STEM mass measurements have been a mainstay of our program. Several years ago A. Steven developed a set of programs to compute radial density profiles from the projected mass profile measured directly in the STEM. This has been used in many projects involving cylindrical or spherical symmetry-An automatic program (""""""""AutoMass"""""""") was developed for particle location, classification, alignment, and mass analysis with spherical or cylindrical density analysis, where appropriate, and is used extensively for analyzing STEM data. Several factors motivated this effort. Particle selection can be by mathematical rather than subjective criteria. Coarse sampling in STEM images creates problems with some programs, degrading the resolution, but can be handled easily in a custom program. Using two or more channels of data recorded multancously from the same pixel may create bookkeeping problems (e.g., large angle minus . small angle signals with appropriate thickness corrections to give hydrogen mapping). Various small nonlinearities in STEM signals can be corrected before or during processing. We have adapted these programs to run on a standard personal computer (PCMass). This cost and makes analysis available to many of our users who do not have image processing facilities. A second Pc program imports 3-D x-ray structures from the Protein Data Bank, projects these in various directions and compares these pixel by pixel with a STEM image, while viewing the differ~nce image and computing'the RMS difference. Small-angle scattering curves can be computed for comparison to neutron or x-ray data. STEM images for the past year are archived on our server and available over Internet or on optical disk. The PCMass program also provides a convenient viewer for these remote files and is provided along with image data.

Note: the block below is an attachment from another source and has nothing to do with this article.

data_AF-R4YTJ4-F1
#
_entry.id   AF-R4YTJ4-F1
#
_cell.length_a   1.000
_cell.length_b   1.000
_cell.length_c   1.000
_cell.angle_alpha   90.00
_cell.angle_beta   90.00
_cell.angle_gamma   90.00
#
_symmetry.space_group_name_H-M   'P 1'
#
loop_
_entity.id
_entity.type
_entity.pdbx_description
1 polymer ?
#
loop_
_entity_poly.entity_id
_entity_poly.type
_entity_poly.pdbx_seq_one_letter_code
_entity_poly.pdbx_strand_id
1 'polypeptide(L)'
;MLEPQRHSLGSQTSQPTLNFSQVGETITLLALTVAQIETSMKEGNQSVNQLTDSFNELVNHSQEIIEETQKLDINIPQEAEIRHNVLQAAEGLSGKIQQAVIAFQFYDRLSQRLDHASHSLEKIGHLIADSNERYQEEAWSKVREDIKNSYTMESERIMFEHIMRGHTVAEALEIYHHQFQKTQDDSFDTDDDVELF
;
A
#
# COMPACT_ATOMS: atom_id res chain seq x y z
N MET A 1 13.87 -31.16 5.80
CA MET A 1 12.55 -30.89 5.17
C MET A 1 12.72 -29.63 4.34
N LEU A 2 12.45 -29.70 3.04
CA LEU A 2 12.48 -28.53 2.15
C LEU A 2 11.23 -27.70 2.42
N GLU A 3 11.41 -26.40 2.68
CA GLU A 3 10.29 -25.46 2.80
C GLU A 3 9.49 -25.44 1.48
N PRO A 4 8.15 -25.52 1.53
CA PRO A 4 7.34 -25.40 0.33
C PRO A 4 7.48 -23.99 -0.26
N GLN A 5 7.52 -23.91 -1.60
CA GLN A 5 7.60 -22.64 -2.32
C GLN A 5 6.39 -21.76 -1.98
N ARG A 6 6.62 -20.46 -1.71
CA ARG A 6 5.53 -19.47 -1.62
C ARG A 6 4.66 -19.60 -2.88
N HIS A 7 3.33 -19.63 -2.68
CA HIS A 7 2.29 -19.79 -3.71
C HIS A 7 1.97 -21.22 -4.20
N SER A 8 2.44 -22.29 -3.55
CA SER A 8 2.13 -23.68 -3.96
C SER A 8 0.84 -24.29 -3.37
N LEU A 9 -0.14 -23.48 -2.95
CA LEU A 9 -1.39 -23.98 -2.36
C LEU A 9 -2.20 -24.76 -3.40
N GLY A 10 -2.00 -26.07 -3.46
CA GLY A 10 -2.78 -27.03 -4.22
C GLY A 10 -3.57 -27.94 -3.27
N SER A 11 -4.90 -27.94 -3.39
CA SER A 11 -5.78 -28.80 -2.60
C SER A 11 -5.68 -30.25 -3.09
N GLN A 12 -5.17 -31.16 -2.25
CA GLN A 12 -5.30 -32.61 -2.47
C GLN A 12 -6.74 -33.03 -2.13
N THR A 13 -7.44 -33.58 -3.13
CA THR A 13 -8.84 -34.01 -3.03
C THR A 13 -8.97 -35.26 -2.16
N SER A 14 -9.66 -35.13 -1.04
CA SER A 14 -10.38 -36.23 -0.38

National Institute of Health (NIH)
National Center for Research Resources (NCRR)
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Brookhaven National Laboratory
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